Marcos Daniel Jiménez, United States Attorney for the Southern District of Florida; Jonathan Solomon, Special Agent in Charge, Federal Bureau of Investigation; and Jesus Torres, Special Agent in Charge, Immigration and Customs Enforcement, announced today that a federal grand jury sitting in Ft. Lauderdale returned an indictment charging Willie and Marie Pompee with harboring a young Haitian girl in their South Florida home, in violation of Title 8, United States Code, Section 1324. If convicted, the Pompees each face a prison term of up to 10 years and a fine of up to $250,000, plus restitution to the victim.
According to the indictment, the Pompees, husband and wife, concealed the child from 1996 until1999, when the child, then12, was removed from the Pompee home by local police. They allegedly used the child as a household servant after she was smuggled into the United States from Haiti, where she and her mother had performed similar work for Marie Pompee’s mother and sister. The child was rescued from the Pompee home after she told her school teacher that she was being sexually abused by a member of the household. Both Willie Pompee, Sr., and his eldest son fled the country in 1999 after the child was removed from their Pembroke Pines home. Marie Pompee made her initial appearance in federal district court in Ft. Lauderdale on March 22, 2004.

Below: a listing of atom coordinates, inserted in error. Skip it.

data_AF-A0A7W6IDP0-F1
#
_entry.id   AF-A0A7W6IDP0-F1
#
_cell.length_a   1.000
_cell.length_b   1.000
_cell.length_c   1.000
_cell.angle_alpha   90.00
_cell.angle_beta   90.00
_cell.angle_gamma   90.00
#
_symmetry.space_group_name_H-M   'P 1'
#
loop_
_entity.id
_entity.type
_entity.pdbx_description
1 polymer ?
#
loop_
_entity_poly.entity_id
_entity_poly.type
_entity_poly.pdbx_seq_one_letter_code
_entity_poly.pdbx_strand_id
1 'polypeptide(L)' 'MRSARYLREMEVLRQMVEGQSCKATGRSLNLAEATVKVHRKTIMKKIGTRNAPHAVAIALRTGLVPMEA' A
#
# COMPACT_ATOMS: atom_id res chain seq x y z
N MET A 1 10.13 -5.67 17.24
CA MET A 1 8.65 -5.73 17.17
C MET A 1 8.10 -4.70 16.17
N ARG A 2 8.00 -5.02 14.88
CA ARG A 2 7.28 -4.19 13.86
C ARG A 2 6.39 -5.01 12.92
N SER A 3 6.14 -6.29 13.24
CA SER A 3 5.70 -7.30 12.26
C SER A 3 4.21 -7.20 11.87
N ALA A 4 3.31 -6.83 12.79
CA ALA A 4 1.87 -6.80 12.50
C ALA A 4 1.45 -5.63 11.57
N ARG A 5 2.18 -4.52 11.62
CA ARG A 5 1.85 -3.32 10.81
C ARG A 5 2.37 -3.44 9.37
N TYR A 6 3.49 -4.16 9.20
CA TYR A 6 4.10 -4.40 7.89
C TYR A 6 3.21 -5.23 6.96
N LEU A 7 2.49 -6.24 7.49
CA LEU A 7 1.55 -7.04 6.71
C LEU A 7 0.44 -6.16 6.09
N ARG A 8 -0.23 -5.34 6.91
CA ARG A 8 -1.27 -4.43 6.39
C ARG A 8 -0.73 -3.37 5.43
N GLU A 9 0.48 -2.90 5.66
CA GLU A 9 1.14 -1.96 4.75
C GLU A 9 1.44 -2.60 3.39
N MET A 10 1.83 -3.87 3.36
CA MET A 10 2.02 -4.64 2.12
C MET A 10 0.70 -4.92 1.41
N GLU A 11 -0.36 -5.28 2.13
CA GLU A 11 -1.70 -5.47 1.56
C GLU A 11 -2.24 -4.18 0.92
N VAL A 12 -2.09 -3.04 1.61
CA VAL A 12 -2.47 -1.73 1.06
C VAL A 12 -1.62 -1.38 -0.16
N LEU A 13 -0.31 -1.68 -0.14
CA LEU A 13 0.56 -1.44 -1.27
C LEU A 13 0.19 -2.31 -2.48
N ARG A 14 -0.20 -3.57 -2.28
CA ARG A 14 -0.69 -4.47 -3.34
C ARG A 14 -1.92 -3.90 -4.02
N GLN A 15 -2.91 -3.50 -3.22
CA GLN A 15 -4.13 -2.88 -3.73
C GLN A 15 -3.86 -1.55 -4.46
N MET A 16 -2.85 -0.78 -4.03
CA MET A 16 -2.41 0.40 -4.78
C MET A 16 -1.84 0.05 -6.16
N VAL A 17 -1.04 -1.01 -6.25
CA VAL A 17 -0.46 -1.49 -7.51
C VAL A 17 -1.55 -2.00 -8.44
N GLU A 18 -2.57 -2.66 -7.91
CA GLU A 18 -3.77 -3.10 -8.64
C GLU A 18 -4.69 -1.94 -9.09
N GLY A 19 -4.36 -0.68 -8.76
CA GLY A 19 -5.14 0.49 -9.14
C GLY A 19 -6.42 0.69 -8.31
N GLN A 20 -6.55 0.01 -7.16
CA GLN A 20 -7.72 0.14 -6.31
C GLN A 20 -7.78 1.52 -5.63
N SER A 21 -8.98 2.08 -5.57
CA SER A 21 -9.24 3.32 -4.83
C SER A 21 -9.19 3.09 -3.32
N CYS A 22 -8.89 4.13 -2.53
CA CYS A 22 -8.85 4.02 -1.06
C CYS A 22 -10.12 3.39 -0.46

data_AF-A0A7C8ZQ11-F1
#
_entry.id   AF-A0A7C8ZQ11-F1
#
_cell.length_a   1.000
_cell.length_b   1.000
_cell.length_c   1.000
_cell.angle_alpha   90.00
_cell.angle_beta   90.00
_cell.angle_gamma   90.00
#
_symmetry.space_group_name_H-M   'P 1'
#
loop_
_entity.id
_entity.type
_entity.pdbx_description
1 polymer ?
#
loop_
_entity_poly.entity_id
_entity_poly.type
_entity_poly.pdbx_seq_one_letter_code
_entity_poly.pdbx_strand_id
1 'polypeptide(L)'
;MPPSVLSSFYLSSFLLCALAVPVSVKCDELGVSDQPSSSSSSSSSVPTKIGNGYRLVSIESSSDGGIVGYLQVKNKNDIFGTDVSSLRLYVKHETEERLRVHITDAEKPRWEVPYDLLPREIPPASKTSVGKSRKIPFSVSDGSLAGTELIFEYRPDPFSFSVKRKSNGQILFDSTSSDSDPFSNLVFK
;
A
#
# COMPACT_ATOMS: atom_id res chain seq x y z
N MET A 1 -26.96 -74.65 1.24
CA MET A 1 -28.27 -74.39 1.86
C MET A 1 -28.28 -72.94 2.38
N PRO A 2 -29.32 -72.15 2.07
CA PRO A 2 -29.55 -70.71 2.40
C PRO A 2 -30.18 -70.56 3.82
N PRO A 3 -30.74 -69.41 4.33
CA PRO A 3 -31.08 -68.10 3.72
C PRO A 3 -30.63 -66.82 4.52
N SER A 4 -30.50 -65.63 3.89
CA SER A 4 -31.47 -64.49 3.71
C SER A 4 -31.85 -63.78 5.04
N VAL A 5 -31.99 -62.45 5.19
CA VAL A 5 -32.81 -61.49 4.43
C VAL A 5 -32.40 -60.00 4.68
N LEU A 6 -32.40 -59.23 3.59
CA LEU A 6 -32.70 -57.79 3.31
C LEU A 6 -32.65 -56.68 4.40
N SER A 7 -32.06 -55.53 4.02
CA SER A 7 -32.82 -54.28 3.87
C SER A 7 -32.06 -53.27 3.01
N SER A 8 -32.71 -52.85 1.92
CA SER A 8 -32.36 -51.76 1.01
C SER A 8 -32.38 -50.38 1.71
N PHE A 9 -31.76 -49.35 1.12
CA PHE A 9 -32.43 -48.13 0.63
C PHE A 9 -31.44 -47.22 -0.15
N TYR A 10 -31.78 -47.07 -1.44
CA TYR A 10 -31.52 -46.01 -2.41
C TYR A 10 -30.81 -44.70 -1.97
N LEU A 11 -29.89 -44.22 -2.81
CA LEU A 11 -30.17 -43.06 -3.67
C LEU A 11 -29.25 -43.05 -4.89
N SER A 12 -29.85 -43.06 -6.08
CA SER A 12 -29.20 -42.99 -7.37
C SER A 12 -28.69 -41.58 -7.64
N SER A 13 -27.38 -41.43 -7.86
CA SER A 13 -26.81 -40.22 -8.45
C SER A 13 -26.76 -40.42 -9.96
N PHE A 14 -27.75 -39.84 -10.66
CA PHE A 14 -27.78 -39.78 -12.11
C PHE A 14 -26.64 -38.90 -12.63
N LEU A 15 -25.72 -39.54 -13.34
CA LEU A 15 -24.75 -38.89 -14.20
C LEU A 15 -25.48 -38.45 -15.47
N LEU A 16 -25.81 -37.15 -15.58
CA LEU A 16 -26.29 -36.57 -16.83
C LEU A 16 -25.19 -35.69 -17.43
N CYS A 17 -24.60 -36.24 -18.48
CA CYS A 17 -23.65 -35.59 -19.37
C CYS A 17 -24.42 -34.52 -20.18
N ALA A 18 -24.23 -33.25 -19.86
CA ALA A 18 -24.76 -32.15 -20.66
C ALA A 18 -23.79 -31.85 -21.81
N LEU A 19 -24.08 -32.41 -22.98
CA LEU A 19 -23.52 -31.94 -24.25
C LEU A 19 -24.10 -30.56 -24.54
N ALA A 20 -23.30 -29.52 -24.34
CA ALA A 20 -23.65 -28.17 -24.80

Trafficking in persons – also known as “human trafficking” – is a form of modern-day slavery. According to recent U.S. government estimates, 18,000 – 20,000 persons are trafficked into the United States each year for purposes of sexual exploitation or forced labor.
Mr. Jiménez commended the investigative efforts of the Federal Bureau of Investigation and the Bureau of Immigration and Customs Enforcement. The case is being prosecuted by Assistant United States Attorney Scott Ray.